MARYWOOD UNIVERSITY — Choosing a major is often a nerve-wracking decision for college hopefuls. For Moe Blatt of Scranton though, it was easy: history.
Because, as he says it, he lived through most of it.
“I came to Marywood expecting to go on my G.I. Bill, but they told me it expired about 35 years ago!” Blatt said.
That was the first minor hiccup in what’s become a decade-long college career at Marywood University.
Newswatch 16 visited Moe just before his final final exam. Most of his classmates are 18. Moe will be 80 in a few weeks.
“At first, I thought that was going to be my biggest resistance here, the students saying, ‘what is this old man doing here?'” he said.
But that hasn’t been the case, Moe said the students who are the same age as his grandchildren have always been accepting and kind.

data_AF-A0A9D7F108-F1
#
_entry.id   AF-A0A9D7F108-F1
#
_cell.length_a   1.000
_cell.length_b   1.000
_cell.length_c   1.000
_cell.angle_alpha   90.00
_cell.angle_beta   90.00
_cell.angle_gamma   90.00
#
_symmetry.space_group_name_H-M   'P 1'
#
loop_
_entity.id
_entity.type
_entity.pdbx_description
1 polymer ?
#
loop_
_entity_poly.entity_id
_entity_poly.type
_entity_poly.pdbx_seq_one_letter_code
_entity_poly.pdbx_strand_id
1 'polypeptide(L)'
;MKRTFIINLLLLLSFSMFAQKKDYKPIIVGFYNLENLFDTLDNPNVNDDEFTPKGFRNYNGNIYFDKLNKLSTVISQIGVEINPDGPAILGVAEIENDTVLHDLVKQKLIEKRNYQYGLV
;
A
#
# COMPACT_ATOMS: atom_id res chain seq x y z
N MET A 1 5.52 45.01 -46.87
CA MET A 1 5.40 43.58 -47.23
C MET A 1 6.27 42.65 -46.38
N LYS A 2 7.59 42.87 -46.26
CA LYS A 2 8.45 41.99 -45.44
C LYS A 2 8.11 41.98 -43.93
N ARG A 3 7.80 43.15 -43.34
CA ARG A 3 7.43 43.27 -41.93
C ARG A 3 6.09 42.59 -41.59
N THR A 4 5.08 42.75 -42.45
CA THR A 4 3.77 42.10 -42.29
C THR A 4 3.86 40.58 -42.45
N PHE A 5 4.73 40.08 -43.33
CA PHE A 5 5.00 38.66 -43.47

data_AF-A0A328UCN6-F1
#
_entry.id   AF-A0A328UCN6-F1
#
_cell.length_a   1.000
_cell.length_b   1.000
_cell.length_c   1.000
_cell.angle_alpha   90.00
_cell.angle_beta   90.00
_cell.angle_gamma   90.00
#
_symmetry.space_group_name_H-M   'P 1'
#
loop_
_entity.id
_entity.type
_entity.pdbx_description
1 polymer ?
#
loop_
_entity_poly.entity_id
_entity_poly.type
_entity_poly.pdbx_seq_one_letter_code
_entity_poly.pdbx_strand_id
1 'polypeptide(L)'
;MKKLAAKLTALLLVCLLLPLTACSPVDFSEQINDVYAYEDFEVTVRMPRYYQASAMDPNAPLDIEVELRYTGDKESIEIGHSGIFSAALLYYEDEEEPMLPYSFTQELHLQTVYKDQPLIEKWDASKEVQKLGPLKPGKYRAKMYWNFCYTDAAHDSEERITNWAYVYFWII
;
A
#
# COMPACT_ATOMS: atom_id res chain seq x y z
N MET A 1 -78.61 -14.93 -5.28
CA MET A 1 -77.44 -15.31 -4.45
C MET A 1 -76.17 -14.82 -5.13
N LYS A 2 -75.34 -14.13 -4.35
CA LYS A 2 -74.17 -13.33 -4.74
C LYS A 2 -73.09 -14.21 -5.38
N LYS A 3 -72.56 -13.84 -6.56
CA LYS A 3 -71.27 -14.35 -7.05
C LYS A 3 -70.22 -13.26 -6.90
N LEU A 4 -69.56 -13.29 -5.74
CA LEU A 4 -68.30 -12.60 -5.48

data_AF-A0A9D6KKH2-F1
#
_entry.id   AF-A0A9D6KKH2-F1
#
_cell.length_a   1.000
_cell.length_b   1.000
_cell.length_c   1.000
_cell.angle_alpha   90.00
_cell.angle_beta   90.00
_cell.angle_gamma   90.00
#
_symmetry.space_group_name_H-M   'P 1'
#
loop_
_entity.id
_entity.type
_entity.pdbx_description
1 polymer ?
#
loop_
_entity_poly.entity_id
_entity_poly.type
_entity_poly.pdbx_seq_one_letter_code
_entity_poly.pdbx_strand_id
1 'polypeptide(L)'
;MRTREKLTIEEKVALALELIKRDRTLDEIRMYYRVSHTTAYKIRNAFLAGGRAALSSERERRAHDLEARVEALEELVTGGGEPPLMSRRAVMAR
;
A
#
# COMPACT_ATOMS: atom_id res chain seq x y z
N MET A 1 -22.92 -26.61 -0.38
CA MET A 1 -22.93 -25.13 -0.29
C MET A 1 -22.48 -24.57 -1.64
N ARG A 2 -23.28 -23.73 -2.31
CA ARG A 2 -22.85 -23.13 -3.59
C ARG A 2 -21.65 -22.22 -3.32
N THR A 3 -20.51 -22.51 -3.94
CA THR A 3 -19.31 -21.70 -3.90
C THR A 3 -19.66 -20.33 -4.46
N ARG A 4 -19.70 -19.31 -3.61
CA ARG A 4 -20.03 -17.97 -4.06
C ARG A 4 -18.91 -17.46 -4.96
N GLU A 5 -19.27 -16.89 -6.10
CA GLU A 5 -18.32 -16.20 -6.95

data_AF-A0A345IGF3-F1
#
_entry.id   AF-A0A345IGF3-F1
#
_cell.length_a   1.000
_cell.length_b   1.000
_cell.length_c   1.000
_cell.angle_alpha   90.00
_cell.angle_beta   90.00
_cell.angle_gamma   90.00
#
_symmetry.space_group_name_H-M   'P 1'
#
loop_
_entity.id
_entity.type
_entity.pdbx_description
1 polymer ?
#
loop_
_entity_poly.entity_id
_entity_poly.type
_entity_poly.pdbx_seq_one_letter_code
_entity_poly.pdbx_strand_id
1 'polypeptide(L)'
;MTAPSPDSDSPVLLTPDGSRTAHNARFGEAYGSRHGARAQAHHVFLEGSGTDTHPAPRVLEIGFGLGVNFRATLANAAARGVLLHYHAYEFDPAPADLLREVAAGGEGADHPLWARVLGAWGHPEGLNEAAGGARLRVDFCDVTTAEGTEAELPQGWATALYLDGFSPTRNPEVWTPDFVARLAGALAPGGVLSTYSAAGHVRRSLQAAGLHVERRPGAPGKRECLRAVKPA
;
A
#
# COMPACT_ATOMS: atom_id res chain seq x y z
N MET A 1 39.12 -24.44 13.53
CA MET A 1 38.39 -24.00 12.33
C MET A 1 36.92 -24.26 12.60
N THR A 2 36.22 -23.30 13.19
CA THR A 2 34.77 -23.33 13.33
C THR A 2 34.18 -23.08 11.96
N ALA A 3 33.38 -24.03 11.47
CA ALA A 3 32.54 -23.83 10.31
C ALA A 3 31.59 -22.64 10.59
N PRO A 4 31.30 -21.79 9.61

Moe suffers from Dyslexia, one of the reasons he never went to college in his younger years. He said he was also too busy building a life. Which includes a long-standing small business in Scranton, 58 years of marriage to his wife Harlean, 3 children, 18 grandchildren, 19 great-grandchildren.
They never expected that life would lead Moe to a bachelor’s degree.
“I think it was his dream, and we were married young and he was always working and he couldn’t follow it then. When he said he wanted to go back to school I said, ‘go ahead, go ahead, I’m behind you.’ Little did I know it was going to be 10 years! But, it’s been a great journey,” said Harlean Blatt.
A journey that lead Moe and his family to Marywood’s commencement. Sitting amongst the much younger faces in the crowd, he stood out. But his goals are just the same.
With his degree, Moe wants to counsel kids that are like him – told they aren’t smart enough.
But, his wife says that same message goes for people their age, too.
“There’s nothing you can’t do today if you want to do it. And Moe proved that,” Harlean said.